Technology trends for 2018: Blockchain 2.0

With the value of Bitcoin at record levels, in 2018 expect to see a rise in blockchain adoption for Initial Coin Offerings, digital currencies and more…

Last year, we identified 2017 as the year blockchain – the technology underlying Bitcoin and other cryptocurrencies as explained here – would come to fruition to improve the structures of financial markets.

However, we readily acknowledged that 2017 would not be the year blockchain would move into the mainstream, particularly given its place within legal and regulatory frameworks.

But, in 2018, you’ll see the technology reach maturity as the benefits of sharing investments and information over a blockchain become clear.

Take Bitcoin for instance. A cryptocurrency which uses blockchain to record and validate transactions, Bitcoin has soared in value over the past year as demand for digital currency has exploded.

Despite the pound coming under pressure with Britain’s impending exit from the EU, the value of Bitcoin has continued to rise. On December 7 2017, the price of Bitcoin soared to over $15,000, according to Coindesk.com – a record-breaking surge for the digital currency. That compares with a value below $1,000 at the beginning of the year.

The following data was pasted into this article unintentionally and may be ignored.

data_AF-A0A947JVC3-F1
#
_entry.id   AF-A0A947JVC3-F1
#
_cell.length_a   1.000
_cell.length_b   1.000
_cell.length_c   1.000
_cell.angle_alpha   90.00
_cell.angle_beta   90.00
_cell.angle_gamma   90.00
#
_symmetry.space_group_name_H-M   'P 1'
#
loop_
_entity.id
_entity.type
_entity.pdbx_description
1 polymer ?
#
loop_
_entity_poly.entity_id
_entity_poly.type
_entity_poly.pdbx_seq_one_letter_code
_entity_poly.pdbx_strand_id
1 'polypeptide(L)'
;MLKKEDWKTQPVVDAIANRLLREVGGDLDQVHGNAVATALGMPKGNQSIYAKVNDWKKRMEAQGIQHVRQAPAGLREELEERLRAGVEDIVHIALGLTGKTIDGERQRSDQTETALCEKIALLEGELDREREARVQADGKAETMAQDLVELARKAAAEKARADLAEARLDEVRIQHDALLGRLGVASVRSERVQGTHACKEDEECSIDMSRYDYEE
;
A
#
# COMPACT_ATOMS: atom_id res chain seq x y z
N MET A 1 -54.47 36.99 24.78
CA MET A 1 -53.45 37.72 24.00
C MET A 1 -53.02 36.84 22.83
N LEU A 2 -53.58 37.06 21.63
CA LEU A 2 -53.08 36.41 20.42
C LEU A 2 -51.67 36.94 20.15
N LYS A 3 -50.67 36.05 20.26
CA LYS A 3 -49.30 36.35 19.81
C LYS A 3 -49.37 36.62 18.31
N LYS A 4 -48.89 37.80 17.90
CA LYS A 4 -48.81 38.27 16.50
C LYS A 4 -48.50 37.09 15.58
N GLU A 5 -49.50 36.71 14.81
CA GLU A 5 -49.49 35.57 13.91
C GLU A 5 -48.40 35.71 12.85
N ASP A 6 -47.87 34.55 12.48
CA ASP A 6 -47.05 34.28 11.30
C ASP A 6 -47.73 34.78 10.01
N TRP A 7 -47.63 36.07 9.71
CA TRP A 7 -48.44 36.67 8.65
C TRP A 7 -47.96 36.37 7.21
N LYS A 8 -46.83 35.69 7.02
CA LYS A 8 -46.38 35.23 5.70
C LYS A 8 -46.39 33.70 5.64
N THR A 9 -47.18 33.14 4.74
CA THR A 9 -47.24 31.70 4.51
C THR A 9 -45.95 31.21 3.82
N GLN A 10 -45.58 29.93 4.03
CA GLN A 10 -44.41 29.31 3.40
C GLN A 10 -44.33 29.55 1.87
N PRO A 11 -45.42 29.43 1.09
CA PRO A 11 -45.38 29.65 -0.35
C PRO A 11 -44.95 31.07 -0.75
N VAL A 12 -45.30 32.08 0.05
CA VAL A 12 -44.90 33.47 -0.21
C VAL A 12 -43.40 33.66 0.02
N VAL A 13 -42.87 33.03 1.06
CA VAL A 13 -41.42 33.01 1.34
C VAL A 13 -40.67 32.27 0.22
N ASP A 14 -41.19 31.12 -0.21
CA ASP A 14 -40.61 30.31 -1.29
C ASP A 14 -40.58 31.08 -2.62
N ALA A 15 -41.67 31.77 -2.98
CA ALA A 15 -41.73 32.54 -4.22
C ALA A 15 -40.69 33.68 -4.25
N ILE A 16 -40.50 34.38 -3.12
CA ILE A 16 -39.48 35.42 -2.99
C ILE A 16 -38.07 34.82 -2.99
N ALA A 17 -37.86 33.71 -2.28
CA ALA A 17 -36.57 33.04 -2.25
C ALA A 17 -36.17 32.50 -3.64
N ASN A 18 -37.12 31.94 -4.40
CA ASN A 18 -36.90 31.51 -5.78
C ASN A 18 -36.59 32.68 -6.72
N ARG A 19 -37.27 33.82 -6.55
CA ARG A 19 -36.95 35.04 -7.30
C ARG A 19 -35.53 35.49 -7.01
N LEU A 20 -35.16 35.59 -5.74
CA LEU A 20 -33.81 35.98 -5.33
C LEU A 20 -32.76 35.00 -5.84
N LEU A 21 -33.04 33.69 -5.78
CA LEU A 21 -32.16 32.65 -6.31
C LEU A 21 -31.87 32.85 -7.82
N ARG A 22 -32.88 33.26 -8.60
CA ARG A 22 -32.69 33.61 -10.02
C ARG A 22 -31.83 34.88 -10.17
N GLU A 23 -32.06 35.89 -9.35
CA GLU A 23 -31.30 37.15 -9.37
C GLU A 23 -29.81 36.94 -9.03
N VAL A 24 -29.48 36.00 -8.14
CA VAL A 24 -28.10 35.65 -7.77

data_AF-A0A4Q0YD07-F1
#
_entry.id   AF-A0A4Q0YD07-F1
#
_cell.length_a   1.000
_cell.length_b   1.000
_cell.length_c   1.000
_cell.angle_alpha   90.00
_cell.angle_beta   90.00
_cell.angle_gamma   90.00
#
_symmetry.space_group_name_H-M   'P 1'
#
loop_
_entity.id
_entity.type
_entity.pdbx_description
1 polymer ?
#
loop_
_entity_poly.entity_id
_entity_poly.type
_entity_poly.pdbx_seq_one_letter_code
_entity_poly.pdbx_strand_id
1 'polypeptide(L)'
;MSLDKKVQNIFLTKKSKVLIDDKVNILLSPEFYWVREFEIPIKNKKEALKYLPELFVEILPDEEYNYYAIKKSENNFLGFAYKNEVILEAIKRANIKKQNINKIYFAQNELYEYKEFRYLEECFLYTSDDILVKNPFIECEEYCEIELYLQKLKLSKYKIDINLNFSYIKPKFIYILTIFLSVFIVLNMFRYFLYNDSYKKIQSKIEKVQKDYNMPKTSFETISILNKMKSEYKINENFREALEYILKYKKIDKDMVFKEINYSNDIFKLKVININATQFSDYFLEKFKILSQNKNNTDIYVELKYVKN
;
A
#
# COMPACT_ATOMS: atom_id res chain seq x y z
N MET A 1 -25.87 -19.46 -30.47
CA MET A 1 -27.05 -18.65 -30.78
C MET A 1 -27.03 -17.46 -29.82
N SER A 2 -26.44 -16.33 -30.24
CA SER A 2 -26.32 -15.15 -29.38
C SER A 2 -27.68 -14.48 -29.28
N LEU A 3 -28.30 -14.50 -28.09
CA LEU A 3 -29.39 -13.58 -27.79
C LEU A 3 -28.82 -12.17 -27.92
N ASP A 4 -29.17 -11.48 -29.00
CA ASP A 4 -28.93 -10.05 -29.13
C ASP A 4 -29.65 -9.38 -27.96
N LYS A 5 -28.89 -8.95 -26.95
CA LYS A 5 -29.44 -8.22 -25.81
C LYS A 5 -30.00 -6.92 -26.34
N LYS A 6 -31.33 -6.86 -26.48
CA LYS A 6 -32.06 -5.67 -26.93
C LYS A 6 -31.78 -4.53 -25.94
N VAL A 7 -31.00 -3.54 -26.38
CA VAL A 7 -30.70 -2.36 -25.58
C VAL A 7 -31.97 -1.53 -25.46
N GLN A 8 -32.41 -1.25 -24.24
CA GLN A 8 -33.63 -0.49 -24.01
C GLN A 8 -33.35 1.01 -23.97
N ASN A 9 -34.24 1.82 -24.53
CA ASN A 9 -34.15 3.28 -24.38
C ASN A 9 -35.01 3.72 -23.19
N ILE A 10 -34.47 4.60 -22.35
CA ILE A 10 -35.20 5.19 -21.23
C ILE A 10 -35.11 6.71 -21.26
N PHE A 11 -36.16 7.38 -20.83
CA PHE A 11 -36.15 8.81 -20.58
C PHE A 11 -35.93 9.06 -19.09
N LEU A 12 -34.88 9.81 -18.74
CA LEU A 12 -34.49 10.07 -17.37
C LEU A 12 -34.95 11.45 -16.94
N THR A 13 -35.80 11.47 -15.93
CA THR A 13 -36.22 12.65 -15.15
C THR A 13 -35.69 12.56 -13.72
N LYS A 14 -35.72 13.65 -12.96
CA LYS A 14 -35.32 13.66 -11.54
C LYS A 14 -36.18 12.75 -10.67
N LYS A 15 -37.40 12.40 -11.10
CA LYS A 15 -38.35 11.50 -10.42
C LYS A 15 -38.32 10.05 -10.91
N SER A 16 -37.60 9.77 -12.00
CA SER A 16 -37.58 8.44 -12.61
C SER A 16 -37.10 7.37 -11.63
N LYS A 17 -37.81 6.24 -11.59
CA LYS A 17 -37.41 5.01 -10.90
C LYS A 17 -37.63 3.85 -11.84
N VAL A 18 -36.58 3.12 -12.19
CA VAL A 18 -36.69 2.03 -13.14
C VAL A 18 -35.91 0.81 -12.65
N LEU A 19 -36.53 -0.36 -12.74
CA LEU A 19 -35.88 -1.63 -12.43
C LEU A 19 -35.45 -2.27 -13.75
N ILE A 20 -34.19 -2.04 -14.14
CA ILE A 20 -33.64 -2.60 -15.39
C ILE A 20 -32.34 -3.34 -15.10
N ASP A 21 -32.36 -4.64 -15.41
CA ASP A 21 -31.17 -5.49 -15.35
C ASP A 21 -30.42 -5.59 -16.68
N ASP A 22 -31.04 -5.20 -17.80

Blockchain enabled this to happen and its influence is becoming far more widespread.

Earlier this year, the aptly-named London start-up Blockchain raised $40m from the venture capital arm of Google (Google Ventures) and Lakestar. The company, which has secured over $70m total, uses blockchain to allow consumers and businesses to make transactions using digital currencies such as Bitcoin. Tom Hulme, general partner at Google Ventures, said the firm invested because “the pace of innovation in the digital currency space is unmatched.”


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Other start-ups are also adopting blockchain to create a compelling USP; in November 2017 we saw the launch of Moneo.io – the world’s first blockchain talent agency that enables organisations to hire experienced blockchain developers and pay both their fee and the freelancers themselves in bitcoin.

In the same month, Dutch blockchain start-up GUTS announced its launch into the UK. GUTS has built a blockchain-based event ticketing protocol, the Guaranteed Entrance Token (GET). The GET is built upon the Ethereum blockchain and facilitates the sale of event tickets by issuing SMART tickets to wallet addresses on blockchain.

Interest in blockchain extends outside of the start-up realm too. This month, the University of Cambridge Institute for Sustainability Leadership announced a pilot initiative to come together with blue chips, banks and small businesses to test whether blockchain can transform supply chains.

So, given its evolution so far, what are the potential impacts for blockchain in 2018?

How blockchain works

The question of ‘what is blockchain?’ can be understood fully in our article here.

Dr Cathy Mulligan, research fellow in the innovation and entrepreneurship department of Imperial College Business School, also has a simple explanation of what blockchain is: